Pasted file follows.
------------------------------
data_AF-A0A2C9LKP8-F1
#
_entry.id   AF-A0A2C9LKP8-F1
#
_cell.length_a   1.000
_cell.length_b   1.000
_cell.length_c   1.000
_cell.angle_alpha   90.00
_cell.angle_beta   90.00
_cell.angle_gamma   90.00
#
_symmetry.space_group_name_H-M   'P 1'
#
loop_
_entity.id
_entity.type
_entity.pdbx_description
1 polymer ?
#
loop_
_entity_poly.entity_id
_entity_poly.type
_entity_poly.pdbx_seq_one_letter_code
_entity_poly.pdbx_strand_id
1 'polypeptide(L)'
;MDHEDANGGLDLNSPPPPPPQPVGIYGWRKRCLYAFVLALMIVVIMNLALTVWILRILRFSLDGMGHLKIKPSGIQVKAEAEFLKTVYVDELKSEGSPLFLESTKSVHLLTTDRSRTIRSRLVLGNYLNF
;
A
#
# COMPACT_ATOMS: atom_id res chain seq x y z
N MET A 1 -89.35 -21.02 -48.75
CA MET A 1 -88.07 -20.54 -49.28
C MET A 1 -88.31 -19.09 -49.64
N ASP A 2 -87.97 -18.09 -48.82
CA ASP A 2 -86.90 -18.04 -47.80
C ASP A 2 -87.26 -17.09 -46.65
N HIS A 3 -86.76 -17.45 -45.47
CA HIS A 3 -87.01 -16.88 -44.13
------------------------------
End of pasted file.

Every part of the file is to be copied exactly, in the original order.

data_AF-A0A2C9LKP8-F1
#
_entry.id   AF-A0A2C9LKP8-F1
#
_cell.length_a   1.000
_cell.length_b   1.000
_cell.length_c   1.000
_cell.angle_alpha   90.00
_cell.angle_beta   90.00
_cell.angle_gamma   90.00
#
_symmetry.space_group_name_H-M   'P 1'
#
loop_
_entity.id
_entity.type
_entity.pdbx_description
1 polymer ?
#
loop_
_entity_poly.entity_id
_entity_poly.type
_entity_poly.pdbx_seq_one_letter_code
_entity_poly.pdbx_strand_id
1 'polypeptide(L)'
;MDHEDANGGLDLNSPPPPPPQPVGIYGWRKRCLYAFVLALMIVVIMNLALTVWILRILRFSLDGMGHLKIKPSGIQVKAEAEFLKTVYVDELKSEGSPLFLESTKSVHLLTTDRSRTIRSRLVLGNYLNF
;
A
#
# COMPACT_ATOMS: atom_id res chain seq x y z
N MET A 1 -89.35 -21.02 -48.75
CA MET A 1 -88.07 -20.54 -49.28
C MET A 1 -88.31 -19.09 -49.64
N ASP A 2 -87.97 -18.09 -48.82
CA ASP A 2 -86.90 -18.04 -47.80
C ASP A 2 -87.26 -17.09 -46.65
N HIS A 3 -86.76 -17.45 -45.47
CA HIS A 3 -87.01 -16.88 -44.13